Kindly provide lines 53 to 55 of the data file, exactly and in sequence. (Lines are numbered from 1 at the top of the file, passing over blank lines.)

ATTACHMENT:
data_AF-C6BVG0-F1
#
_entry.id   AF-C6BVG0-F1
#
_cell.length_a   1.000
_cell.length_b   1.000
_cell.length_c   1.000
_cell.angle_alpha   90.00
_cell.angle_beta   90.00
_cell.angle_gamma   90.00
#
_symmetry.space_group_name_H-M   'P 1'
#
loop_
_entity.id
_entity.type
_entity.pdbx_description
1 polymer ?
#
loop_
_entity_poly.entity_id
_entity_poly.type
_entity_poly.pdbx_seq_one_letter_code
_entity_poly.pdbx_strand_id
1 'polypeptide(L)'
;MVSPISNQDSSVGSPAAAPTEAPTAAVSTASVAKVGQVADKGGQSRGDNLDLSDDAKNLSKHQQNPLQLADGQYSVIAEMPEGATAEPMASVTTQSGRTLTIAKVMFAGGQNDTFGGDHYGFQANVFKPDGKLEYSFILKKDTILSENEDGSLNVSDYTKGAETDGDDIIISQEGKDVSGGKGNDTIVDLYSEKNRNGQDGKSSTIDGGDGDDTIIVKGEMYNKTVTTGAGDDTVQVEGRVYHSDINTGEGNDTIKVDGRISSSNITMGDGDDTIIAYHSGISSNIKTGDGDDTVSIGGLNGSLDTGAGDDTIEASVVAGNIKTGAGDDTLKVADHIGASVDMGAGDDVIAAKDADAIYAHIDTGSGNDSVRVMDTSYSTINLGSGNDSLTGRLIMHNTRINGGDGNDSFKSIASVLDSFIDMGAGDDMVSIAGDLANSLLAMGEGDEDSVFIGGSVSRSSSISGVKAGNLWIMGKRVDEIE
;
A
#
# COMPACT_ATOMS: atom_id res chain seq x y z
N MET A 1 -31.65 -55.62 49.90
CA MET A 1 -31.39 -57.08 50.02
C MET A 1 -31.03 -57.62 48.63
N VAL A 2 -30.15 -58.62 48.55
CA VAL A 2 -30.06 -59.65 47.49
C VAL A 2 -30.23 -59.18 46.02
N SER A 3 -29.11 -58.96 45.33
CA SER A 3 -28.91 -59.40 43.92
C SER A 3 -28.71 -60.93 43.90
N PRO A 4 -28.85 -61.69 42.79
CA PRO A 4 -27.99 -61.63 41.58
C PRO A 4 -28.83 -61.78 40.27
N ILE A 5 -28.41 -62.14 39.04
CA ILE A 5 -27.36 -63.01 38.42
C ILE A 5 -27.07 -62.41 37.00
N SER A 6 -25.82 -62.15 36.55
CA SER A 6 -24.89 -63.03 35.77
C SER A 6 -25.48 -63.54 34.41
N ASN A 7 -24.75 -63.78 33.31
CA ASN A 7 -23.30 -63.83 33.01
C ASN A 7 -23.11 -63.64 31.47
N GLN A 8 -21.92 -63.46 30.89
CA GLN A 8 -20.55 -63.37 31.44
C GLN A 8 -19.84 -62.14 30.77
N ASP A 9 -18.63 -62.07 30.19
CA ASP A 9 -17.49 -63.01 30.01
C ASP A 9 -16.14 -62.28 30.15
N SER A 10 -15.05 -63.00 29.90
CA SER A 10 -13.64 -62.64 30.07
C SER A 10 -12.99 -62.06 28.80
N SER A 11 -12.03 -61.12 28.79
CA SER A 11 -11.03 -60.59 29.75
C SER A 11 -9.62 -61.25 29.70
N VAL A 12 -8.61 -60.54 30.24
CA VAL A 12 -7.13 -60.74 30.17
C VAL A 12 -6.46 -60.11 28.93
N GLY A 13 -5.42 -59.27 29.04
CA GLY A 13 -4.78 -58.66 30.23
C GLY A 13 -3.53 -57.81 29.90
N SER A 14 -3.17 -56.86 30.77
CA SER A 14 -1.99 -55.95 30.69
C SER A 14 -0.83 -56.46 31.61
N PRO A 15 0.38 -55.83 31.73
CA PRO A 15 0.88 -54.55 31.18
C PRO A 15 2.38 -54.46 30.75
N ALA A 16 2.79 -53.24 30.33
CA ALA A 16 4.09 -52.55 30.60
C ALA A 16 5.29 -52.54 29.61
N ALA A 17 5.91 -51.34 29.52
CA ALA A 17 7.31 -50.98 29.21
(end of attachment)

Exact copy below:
CA GLN A 8 -20.55 -63.37 31.44
C GLN A 8 -19.84 -62.14 30.77
N ASP A 9 -18.63 -62.07 30.19